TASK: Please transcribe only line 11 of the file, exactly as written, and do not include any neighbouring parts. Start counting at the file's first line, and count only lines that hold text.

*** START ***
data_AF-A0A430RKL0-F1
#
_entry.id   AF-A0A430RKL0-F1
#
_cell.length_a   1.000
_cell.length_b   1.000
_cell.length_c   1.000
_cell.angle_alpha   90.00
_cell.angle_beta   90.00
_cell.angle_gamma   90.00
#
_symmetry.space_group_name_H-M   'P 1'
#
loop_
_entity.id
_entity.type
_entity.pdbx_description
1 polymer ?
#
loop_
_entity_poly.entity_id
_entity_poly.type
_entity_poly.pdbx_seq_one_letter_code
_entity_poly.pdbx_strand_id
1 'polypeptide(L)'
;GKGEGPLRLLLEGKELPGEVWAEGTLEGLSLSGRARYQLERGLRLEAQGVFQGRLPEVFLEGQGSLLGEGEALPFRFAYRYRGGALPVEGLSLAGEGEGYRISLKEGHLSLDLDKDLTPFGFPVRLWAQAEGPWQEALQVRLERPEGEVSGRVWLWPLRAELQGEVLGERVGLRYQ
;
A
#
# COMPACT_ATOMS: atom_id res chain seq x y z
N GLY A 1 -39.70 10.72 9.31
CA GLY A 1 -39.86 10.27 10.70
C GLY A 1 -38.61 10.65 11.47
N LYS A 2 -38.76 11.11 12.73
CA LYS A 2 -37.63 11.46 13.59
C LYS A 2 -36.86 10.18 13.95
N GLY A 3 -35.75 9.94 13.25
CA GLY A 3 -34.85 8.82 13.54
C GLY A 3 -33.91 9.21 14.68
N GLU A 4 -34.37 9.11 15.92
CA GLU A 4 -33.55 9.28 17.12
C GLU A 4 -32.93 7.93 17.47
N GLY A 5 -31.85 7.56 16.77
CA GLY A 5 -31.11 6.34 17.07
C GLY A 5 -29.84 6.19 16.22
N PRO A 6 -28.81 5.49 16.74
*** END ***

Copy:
#